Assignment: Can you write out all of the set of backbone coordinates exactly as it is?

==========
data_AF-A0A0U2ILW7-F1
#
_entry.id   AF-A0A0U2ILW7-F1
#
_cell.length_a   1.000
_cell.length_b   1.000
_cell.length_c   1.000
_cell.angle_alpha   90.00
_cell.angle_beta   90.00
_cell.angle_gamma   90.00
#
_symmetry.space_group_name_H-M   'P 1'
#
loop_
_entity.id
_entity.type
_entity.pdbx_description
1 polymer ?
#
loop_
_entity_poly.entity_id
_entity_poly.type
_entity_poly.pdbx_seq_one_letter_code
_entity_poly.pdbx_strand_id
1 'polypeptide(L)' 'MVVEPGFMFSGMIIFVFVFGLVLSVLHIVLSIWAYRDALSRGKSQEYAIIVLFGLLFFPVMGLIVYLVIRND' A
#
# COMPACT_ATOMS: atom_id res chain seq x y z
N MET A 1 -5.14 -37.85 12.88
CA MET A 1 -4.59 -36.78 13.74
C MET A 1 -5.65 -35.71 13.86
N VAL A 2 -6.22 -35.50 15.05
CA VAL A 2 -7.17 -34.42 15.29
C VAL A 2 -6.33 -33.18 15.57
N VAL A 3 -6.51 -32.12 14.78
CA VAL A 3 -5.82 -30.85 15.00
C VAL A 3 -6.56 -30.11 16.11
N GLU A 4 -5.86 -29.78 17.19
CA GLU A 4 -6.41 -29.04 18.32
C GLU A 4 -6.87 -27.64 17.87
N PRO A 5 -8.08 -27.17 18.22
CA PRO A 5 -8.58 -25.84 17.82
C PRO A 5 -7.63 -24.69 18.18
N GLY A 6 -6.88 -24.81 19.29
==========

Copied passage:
data_AF-A0A0U2ILW7-F1
#
_entry.id   AF-A0A0U2ILW7-F1
#
_cell.length_a   1.000
_cell.length_b   1.000
_cell.length_c   1.000
_cell.angle_alpha   90.00
_cell.angle_beta   90.00
_cell.angle_gamma   90.00
#
_symmetry.space_group_name_H-M   'P 1'
#
loop_
_entity.id
_entity.type
_entity.pdbx_description
1 polymer ?
#
loop_
_entity_poly.entity_id
_entity_poly.type
_entity_poly.pdbx_seq_one_letter_code
_entity_poly.pdbx_strand_id
1 'polypeptide(L)' 'MVVEPGFMFSGMIIFVFVFGLVLSVLHIVLSIWAYRDALSRGKSQEYAIIVLFGLLFFPVMGLIVYLVIRND' A
#
# COMPACT_ATOMS: atom_id res chain seq x y z
N MET A 1 -5.14 -37.85 12.88
CA MET A 1 -4.59 -36.78 13.74
C MET A 1 -5.65 -35.71 13.86
N VAL A 2 -6.22 -35.50 15.05
CA VAL A 2 -7.17 -34.42 15.29
C VAL A 2 -6.33 -33.18 15.57
N VAL A 3 -6.51 -32.12 14.78
CA VAL A 3 -5.82 -30.85 15.00
C VAL A 3 -6.56 -30.11 16.11
N GLU A 4 -5.86 -29.78 17.19
CA GLU A 4 -6.41 -29.04 18.32
C GLU A 4 -6.87 -27.64 17.87
N PRO A 5 -8.08 -27.17 18.22
CA PRO A 5 -8.58 -25.84 17.82
C PRO A 5 -7.63 -24.69 18.18
N GLY A 6 -6.88 -24.81 19.29